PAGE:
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Carbon Footprint Analysis Of A Large Diameter Water Transmission Pipeline Installation

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Carbon Footprint Analysis Of A Large Diameter Water Transmission Pipeline Installation

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dc.contributor.author Chilana, Lalit en_US
dc.date.accessioned 2011-07-14T20:54:01Z
dc.date.available 2011-07-14T20:54:01Z
dc.date.issued 2011-07-14
dc.date.submitted January 2011 en_US
dc.identifier.other DISS-11082 en_US
dc.identifier.uri http://hdl.handle.net/10106/5844
dc.description.abstract The term pipeline refers to a long line of connected segments of pipe, with pumps, valves, control devices, and other equipment or facilities needed for operating the system. Water transmission pipelines are generally large diameter (more than 12 in.) pipes which transport the water from one place to another. Installation of these pipes is a complex process due to variability of ground conditions over long distance installations. Sometimes, it is difficult to relate pipelines to the environment because of the out of sight nature. But it follows a close relationship with our environment due to various energy consuming activities involved in pipeline installation such as, pipe manufacturing, transporting the pipe to the job site, installation of pipe in the trench, and operation and maintenances. Since, every construction operation impacts the environment, it becomes utmost important for the owner and the design engineer to evaluate this impact and take necessary steps to minimize it. To analyze project life cycle cost and to make ecological decisions, carbon footprint consideration should be included in the planning and design phase of the project. A carbon footprint is "the total set of greenhouse gas (GHG) emissions caused by an organization, event or product." For simplicity of reporting, it is often expressed in terms of the amount of carbon dioxide, or its equivalent of other GHGs, emitted.To understand the implication of carbon footprints, an actual pipeline project was analyzed to determine the ecological impact of two pipes such as, Steel and Prestressed Concrete Cylinder Pipe (PCCP). It was found that manufacturing the pipe consumes huge amount of energy for both steel and Prestressed Concrete Cylinder Pipe (PCCP) and it was the major contributor for CO2 emissions for this study. Transportation of pipe, installation, and operation of pipeline were the other phases analyzed for this thesis. It was found that the fuel consumption during the transportation is directly proportional to the weight of each pipe section, length of each pipe section, and distance between the manufacturing plant and the job site. Fuel consumption by construction equipment for installation of pipe in the trench was found to be similar for both steel pipe and Prestressed Concrete Cylinder Pipe (PCCP). The energy consumption and CO2 emission for operating the pipeline for next 50 years were same due to similar lining materials considered for both pipes. Prestressed Concrete Cylinder Pipe (PCCP) pipe was found to have smaller carbon footprints due to less CO2 emissions in the environment. en_US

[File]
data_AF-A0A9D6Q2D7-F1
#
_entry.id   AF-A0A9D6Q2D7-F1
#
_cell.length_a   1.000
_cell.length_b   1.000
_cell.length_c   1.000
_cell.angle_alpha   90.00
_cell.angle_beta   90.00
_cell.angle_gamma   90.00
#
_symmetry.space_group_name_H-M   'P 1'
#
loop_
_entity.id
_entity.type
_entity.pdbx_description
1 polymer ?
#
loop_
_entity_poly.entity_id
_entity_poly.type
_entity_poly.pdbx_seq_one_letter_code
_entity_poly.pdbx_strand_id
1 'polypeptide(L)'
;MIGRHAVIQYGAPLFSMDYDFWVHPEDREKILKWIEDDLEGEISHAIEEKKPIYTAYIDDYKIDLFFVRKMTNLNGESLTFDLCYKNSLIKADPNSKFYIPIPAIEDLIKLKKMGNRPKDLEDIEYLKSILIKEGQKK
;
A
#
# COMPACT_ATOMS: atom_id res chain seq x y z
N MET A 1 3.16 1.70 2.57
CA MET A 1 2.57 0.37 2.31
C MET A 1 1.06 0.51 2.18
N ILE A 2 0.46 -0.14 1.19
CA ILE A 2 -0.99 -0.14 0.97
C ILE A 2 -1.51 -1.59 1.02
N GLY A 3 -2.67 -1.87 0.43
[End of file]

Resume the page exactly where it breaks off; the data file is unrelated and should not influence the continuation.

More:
dc.description.sponsorship Najafi, Mohammad en_US
dc.language.iso en en_US
dc.publisher Civil & Environmental Engineering en_US
dc.title Carbon Footprint Analysis Of A Large Diameter Water Transmission Pipeline Installation en_US
dc.type M.S. en_US
dc.contributor.committeeChair Najafi, Mohammad en_US
dc.degree.department Civil & Environmental Engineering en_US
dc.degree.discipline Civil & Environmental Engineering en_US
dc.degree.grantor University of Texas at Arlington en_US
dc.degree.level masters en_US
dc.degree.name M.S. en_US

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